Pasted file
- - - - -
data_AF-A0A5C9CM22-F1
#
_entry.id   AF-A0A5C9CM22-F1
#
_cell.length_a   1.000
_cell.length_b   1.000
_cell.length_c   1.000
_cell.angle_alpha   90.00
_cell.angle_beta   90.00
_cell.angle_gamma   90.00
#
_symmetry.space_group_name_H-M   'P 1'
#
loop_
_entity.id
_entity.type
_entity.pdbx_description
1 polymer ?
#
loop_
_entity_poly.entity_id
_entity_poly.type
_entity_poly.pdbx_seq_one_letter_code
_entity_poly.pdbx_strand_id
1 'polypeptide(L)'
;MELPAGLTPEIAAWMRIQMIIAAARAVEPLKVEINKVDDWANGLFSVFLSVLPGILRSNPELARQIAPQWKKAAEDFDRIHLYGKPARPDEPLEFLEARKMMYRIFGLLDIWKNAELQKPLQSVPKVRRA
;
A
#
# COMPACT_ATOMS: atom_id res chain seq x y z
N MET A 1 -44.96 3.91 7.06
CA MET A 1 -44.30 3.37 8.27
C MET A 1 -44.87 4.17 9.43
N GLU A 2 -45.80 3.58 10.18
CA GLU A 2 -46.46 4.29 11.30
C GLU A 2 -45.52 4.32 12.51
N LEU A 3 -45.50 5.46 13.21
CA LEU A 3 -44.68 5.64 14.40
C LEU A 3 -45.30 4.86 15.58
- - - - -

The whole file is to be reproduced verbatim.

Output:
data_AF-A0A5C9CM22-F1
#
_entry.id   AF-A0A5C9CM22-F1
#
_cell.length_a   1.000
_cell.length_b   1.000
_cell.length_c   1.000
_cell.angle_alpha   90.00
_cell.angle_beta   90.00
_cell.angle_gamma   90.00
#
_symmetry.space_group_name_H-M   'P 1'
#
loop_
_entity.id
_entity.type
_entity.pdbx_description
1 polymer ?
#
loop_
_entity_poly.entity_id
_entity_poly.type
_entity_poly.pdbx_seq_one_letter_code
_entity_poly.pdbx_strand_id
1 'polypeptide(L)'
;MELPAGLTPEIAAWMRIQMIIAAARAVEPLKVEINKVDDWANGLFSVFLSVLPGILRSNPELARQIAPQWKKAAEDFDRIHLYGKPARPDEPLEFLEARKMMYRIFGLLDIWKNAELQKPLQSVPKVRRA
;
A
#
# COMPACT_ATOMS: atom_id res chain seq x y z
N MET A 1 -44.96 3.91 7.06
CA MET A 1 -44.30 3.37 8.27
C MET A 1 -44.87 4.17 9.43
N GLU A 2 -45.80 3.58 10.18
CA GLU A 2 -46.46 4.29 11.30
C GLU A 2 -45.52 4.32 12.51
N LEU A 3 -45.50 5.46 13.21
CA LEU A 3 -44.68 5.64 14.40
C LEU A 3 -45.30 4.86 15.58